Editor’s Note: Feria Ladha, MD, PhD (she/her/hers) is a resident physician in pediatrics at The Boston Combined Residency Program at Boston Children's Hospital and Boston Medical Center. She is an aspiring physician-scientist with research interests in cardiac genetics and developmental biology. - Rachel Y. Moon, MD, Associate Editor, Digital Media, Pediatrics
In the past few years, individuals across the world have been affected by COVID-19, a serious and sometimes fatal disease caused by the SARS-CoV-2 coronavirus.
For some of our children, COVID-19 infection has resulted in multisystem inflammatory syndrome in children (MIS-C), which can cause multi-organ inflammation and result in shock, organ dysfunction, and even organ failure1. Up to 80% of patients who had MIS-C had cardiac manifestations, including myocarditis, coronary artery aneurysms, conduction abnormalities, and arrhythmias2. While most patients made a full recovery, the long-term cardiovascular effects in survivors of MIS-C with and without myocardial injury during acute illness remains unknown.
Dr. Dayna Zimmerman and colleagues from Children’s Hospital Los Angeles sought to evaluate the prevalence of long-term cardiovascular pathology in these patients in an article being early released in Pediatrics entitled, “Cardiovascular Follow-up of Patients Treated for MIS-C,” by using cardiac magnetic resonance imaging (CMR), cardiopulmonary exercise testing (CPET), and ambulatory rhythm monitoring in patients 6 months after they were treated for MIS-C (10.1542/peds.2023-063002).
The authors followed 69 patients, with 37 who had evidence of myocardial injury during acute illness, and during their MIS-C follow-up had had at least one of the cardiac studies performed. Similar rates of abnormalities in CMR, CPET, and ambulatory rhythm monitoring were identified in both those patients who had had evidence of myocardial injury during their acute illness and those who did not. These abnormalities included increases in cardiac extracellular volume indicating transient inflammation or fibrosis, reduced functional capacity, and rhythm abnormalities such as accelerated idioventricular rhythm.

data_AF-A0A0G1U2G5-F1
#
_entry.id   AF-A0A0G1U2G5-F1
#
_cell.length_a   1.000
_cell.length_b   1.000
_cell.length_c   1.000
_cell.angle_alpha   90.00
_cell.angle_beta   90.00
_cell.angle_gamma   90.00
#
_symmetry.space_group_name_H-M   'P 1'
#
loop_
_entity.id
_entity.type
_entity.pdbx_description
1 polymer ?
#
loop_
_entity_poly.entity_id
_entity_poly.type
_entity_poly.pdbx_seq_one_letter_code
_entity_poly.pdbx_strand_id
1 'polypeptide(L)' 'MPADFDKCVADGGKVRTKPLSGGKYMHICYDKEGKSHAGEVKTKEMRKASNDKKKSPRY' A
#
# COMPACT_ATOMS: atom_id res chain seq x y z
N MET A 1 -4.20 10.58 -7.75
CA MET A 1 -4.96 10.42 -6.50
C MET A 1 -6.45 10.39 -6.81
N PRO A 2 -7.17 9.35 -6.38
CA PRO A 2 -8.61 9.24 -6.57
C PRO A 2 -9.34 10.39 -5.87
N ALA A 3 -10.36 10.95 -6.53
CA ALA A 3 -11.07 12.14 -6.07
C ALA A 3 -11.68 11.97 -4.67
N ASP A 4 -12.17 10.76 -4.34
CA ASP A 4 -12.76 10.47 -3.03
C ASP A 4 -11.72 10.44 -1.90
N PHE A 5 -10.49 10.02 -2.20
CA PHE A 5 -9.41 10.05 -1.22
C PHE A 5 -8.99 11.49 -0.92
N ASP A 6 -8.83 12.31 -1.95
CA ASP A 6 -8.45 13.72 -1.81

While these results indicate the need for cardiology follow-up for all patients treated for MIS-C, it also highlights the importance of conducting follow-up studies to better understand the long-term effects of MIS-C.
This study provides novel insight into long-term cardiac abnormalities in patients who were diagnosed with MIS-C. I know that I will be sure to refer all of my patients with MIS-C for cardiology follow-up, regardless of initial cardiac involvement or illness severity.
- Rowley AH. Understanding SARS-CoV-2-related multisystem inflammatory syndrome in children. Nat Rev Immunol. 2020;20(8):453-454.
- Belhadjer Z, Méot M, Bajolle F, et al. Acute heart failure in multisystem inflammatory syndrome in children in the context of global SARS-CoV-2 pandemic. Circulation. 2020;142(5):429-436.